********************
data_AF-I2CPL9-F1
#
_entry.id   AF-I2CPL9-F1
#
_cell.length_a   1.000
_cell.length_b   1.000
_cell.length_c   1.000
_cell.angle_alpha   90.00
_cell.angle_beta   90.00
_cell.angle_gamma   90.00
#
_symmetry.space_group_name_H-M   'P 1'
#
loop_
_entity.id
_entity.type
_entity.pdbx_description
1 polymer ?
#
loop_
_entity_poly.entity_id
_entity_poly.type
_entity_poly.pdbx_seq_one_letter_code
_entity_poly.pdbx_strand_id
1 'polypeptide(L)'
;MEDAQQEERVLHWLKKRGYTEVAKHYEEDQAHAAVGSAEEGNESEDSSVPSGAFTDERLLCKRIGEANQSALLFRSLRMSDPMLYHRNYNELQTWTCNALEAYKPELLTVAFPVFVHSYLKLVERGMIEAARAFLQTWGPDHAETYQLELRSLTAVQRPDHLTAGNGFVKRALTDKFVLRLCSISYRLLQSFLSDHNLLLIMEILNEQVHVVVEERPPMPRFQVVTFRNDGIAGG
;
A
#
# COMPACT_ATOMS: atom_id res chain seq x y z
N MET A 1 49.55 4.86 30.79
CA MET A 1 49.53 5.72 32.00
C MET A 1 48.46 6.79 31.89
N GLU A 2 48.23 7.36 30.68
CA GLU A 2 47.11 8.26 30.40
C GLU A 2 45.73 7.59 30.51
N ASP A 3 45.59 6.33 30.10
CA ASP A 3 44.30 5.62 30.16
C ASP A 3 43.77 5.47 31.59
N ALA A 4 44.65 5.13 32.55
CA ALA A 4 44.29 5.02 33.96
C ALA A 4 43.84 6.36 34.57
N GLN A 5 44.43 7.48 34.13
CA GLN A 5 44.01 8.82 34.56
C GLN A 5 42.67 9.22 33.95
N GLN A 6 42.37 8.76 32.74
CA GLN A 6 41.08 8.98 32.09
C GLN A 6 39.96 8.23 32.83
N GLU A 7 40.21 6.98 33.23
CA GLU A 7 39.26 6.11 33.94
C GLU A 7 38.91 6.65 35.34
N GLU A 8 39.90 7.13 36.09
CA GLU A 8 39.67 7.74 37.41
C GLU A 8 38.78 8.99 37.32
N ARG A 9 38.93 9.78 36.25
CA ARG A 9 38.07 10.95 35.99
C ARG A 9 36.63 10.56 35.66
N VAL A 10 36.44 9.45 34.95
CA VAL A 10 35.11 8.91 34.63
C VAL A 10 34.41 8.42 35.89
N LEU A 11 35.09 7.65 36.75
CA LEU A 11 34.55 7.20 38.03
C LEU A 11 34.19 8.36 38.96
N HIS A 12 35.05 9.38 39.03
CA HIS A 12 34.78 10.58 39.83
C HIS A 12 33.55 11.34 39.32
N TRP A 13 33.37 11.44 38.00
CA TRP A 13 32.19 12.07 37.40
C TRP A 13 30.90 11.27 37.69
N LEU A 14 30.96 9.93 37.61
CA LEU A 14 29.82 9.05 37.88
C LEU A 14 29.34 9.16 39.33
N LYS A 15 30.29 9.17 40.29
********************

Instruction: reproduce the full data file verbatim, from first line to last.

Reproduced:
data_AF-I2CPL9-F1
#
_entry.id   AF-I2CPL9-F1
#
_cell.length_a   1.000
_cell.length_b   1.000
_cell.length_c   1.000
_cell.angle_alpha   90.00
_cell.angle_beta   90.00
_cell.angle_gamma   90.00
#
_symmetry.space_group_name_H-M   'P 1'
#
loop_
_entity.id
_entity.type
_entity.pdbx_description
1 polymer ?
#
loop_
_entity_poly.entity_id
_entity_poly.type
_entity_poly.pdbx_seq_one_letter_code
_entity_poly.pdbx_strand_id
1 'polypeptide(L)'
;MEDAQQEERVLHWLKKRGYTEVAKHYEEDQAHAAVGSAEEGNESEDSSVPSGAFTDERLLCKRIGEANQSALLFRSLRMSDPMLYHRNYNELQTWTCNALEAYKPELLTVAFPVFVHSYLKLVERGMIEAARAFLQTWGPDHAETYQLELRSLTAVQRPDHLTAGNGFVKRALTDKFVLRLCSISYRLLQSFLSDHNLLLIMEILNEQVHVVVEERPPMPRFQVVTFRNDGIAGG
;
A
#
# COMPACT_ATOMS: atom_id res chain seq x y z
N MET A 1 49.55 4.86 30.79
CA MET A 1 49.53 5.72 32.00
C MET A 1 48.46 6.79 31.89
N GLU A 2 48.23 7.36 30.68
CA GLU A 2 47.11 8.26 30.40
C GLU A 2 45.73 7.59 30.51
N ASP A 3 45.59 6.33 30.10
CA ASP A 3 44.30 5.62 30.16
C ASP A 3 43.77 5.47 31.59
N ALA A 4 44.65 5.13 32.55
CA ALA A 4 44.29 5.02 33.96
C ALA A 4 43.84 6.36 34.57
N GLN A 5 44.43 7.48 34.13
CA GLN A 5 44.01 8.82 34.56
C GLN A 5 42.67 9.22 33.95
N GLN A 6 42.37 8.76 32.74
CA GLN A 6 41.08 8.98 32.09
C GLN A 6 39.96 8.23 32.83
N GLU A 7 40.21 6.98 33.23
CA GLU A 7 39.26 6.11 33.94
C GLU A 7 38.91 6.65 35.34
N GLU A 8 39.90 7.13 36.09
CA GLU A 8 39.67 7.74 37.41
C GLU A 8 38.78 8.99 37.32
N ARG A 9 38.93 9.78 36.25
CA ARG A 9 38.07 10.95 35.99
C ARG A 9 36.63 10.56 35.66
N VAL A 10 36.44 9.45 34.95
CA VAL A 10 35.11 8.91 34.63
C VAL A 10 34.41 8.42 35.89
N LEU A 11 35.09 7.65 36.75
CA LEU A 11 34.55 7.20 38.03
C LEU A 11 34.19 8.36 38.96
N HIS A 12 35.05 9.38 39.03
CA HIS A 12 34.78 10.58 39.83
C HIS A 12 33.55 11.34 39.32
N TRP A 13 33.37 11.44 38.00
CA TRP A 13 32.19 12.07 37.40
C TRP A 13 30.90 11.27 37.69
N LEU A 14 30.96 9.93 37.61
CA LEU A 14 29.82 9.05 37.88
C LEU A 14 29.34 9.16 39.33
N LYS A 15 30.29 9.17 40.29